Mark 8: 34-9: 1;
Gal. 2: 16-20
In the latest reading dedicated to the Cross, Christ says: “Whoever is ashamed of Me and My words in this adulterous and sinful generation, the Son of Man will also be ashamed of him, when he comes in the glory of His Father with the holy Angels.”
For the first time, people experienced the feeling of shame when they violated God’s commandment by eating the forbidden fruit. “At that moment the eyes of both of them were opened, and they knew that they were naked, and they sewed fig leaves and made themselves aprons” (Genesis 3: 7). As soon as they turned away from God, people immediately felt as if they had lost some cover. They were ready to sink into the earth feeling naked and unprotected both in front of each other and before God. That was similar to the feeling of someone who is caught and exposed.
He who is ashamed feels so because he still recognizes the laws observed by those around him. But there are also those about which the Prophet spoke: “Are they ashamed of the abomination they have committed? No, they have no shame at all; they do not even know how to blush. ”(Jer. 6:15).
There are also cases when a person trying to live according to the commandments of Christ is surrounded by those who not only do the opposite, “but also approve of those who do” (Rom. 1:32). Everyone has an instinct of universal human brotherhood, a desire to have common ground and unity with everyone else. In fact, if I am only a Christian intellectually, then contact with a sinful, adulterous world can be very depressing. As the poet says, “the theory is dry, while the tree of life is blooming”. Life is in full swing, and here I am with my foolishness of the Cross and “fairy tales” about the Resurrection! And then I look at what’s behind me and I see our church life whose “outward appearances” are very vulnerable to criticism if you look at them cautiously from the outside. The next thing I feel is a secret envy of those who live simply and cheerfully; and also shame, both for my faith and for my socially unsettled brothers. Suddenly it’s a shame to do good, it’s a shame to be chaste, and it’s a shame to be honest… That is to say that I am not only outwardly submitting to the world, but my conscience also recognizes its rightness.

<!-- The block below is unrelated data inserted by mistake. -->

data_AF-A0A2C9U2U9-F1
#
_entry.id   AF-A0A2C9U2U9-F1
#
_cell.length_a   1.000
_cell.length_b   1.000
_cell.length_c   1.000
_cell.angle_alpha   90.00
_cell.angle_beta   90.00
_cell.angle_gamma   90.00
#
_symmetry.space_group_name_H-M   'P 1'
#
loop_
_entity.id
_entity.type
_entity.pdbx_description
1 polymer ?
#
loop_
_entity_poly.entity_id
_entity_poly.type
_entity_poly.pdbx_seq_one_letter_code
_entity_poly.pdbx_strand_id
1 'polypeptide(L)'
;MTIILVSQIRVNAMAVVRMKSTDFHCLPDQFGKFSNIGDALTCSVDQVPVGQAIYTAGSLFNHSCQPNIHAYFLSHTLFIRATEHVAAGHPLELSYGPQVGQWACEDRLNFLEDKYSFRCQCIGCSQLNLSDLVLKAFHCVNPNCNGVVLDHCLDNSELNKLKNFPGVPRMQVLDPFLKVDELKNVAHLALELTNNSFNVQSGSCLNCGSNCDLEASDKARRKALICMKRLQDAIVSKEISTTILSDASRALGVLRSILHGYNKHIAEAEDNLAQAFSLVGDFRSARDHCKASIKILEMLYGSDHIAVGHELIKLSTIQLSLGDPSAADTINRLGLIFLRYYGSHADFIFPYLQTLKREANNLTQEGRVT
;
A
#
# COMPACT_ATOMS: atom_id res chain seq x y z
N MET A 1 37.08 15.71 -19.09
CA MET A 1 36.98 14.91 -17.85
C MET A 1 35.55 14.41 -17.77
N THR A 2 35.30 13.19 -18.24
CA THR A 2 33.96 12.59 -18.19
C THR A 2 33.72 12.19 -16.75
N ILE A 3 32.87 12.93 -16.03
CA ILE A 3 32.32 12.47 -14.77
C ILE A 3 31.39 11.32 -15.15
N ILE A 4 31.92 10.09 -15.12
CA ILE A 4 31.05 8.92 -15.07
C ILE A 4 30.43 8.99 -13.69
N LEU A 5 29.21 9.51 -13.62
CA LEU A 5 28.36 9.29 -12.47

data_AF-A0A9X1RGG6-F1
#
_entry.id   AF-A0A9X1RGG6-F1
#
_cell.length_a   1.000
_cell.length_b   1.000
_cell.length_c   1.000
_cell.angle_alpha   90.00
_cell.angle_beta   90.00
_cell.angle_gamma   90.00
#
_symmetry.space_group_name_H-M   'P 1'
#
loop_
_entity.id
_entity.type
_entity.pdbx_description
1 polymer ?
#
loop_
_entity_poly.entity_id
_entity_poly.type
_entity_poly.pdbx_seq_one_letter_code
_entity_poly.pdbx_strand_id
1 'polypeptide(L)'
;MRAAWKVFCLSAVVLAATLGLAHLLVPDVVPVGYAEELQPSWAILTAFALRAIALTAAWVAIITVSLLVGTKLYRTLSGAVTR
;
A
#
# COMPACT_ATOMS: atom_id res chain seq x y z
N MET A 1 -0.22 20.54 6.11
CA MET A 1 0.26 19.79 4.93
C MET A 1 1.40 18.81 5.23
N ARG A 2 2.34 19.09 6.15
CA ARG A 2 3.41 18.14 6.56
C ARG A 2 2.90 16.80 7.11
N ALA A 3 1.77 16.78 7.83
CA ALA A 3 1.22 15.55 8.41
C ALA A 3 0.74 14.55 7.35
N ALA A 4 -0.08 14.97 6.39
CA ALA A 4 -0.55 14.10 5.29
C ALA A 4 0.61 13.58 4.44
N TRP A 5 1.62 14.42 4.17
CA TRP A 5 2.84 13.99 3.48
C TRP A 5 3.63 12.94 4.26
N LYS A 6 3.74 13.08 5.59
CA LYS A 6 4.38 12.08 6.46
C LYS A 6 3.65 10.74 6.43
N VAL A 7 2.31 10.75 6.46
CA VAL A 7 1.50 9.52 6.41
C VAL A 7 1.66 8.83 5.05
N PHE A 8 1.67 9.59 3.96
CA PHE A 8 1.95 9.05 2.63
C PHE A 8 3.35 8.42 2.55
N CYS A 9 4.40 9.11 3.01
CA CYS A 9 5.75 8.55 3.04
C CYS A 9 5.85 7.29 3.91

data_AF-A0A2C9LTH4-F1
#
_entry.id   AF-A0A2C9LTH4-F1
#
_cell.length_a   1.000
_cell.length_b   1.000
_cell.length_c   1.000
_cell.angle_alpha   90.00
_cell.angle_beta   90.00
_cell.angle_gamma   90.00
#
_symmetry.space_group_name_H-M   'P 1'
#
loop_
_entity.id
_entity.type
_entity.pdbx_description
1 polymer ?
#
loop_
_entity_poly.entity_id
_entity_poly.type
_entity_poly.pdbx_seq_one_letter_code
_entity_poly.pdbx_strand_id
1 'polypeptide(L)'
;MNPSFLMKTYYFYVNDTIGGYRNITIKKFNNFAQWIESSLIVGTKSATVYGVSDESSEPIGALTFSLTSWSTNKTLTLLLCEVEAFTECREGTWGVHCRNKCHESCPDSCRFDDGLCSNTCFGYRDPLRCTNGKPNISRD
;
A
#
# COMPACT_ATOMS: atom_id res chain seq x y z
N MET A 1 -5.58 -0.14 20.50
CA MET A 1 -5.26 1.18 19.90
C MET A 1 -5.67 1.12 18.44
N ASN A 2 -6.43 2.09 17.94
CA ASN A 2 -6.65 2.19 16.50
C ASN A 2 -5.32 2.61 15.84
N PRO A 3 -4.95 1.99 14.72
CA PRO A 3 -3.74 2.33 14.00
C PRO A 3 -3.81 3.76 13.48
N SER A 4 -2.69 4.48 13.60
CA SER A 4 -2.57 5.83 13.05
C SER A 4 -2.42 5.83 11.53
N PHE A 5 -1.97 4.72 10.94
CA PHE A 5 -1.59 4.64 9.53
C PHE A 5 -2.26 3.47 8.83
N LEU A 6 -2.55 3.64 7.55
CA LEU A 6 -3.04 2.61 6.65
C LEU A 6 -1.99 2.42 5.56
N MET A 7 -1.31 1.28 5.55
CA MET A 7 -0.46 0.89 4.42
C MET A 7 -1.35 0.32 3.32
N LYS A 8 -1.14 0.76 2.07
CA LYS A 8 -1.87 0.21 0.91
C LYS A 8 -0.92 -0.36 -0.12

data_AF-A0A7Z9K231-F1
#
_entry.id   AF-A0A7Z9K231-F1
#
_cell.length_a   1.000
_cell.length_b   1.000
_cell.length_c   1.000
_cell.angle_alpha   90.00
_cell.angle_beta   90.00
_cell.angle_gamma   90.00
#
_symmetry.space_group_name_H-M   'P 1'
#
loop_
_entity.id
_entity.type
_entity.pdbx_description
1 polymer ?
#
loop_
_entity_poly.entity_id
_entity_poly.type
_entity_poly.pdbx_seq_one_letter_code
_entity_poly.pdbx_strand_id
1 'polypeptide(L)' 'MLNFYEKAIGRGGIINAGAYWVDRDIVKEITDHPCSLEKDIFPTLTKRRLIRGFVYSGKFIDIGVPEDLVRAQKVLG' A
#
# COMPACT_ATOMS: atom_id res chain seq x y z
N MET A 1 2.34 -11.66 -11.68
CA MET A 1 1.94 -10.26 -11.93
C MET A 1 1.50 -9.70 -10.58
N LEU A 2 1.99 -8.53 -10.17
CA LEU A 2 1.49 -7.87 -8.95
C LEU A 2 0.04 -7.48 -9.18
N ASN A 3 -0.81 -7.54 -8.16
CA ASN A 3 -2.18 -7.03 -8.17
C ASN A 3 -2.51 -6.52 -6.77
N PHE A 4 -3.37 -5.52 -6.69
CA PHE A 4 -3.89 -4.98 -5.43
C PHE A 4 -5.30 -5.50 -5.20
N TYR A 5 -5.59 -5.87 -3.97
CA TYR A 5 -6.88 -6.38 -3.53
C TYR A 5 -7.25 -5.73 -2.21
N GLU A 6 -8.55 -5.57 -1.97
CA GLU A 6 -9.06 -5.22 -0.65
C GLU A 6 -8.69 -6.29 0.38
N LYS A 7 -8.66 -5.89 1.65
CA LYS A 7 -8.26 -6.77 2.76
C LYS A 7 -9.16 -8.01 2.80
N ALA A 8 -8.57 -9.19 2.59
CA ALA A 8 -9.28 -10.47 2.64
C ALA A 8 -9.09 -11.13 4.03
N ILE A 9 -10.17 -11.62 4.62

Realizing the danger of such shame, the Lord did not confine himself to words. He instantly promised: “Truly I say to you, there are some of those standing here who will not taste death, as they will already see the Kingdom of God, which has come in power.” Soon He made some of the apostles witnesses of His Transfiguration, so that they could see with their own eyes the difference between real and visionary; and so that they could exclaim: “Lord, it is good for us to be here!” (Matthew 17: 4)Here, and nowhere else.
Being ashamed of the Cross of Christ, just like being ashamed of your poverty, your relatives, your appearance or your age, means being ashamed of the One Who created you or allowed you to become whatever you are knowing precisely the state needed for your salvation.
May God grant us the shame that works in our favour, not the enemy’s. May we be ashamed of praise, like a thief who has stolen praise from the Lord; may we also be ashamed of our “wise” theological speeches, feeling their inadequacy in our life. And instead of turning us away from confession, may that shame for our transgressions not allow us to return to the sins already confessed and once forsaken.
Translated by The Catalogue of Good Deeds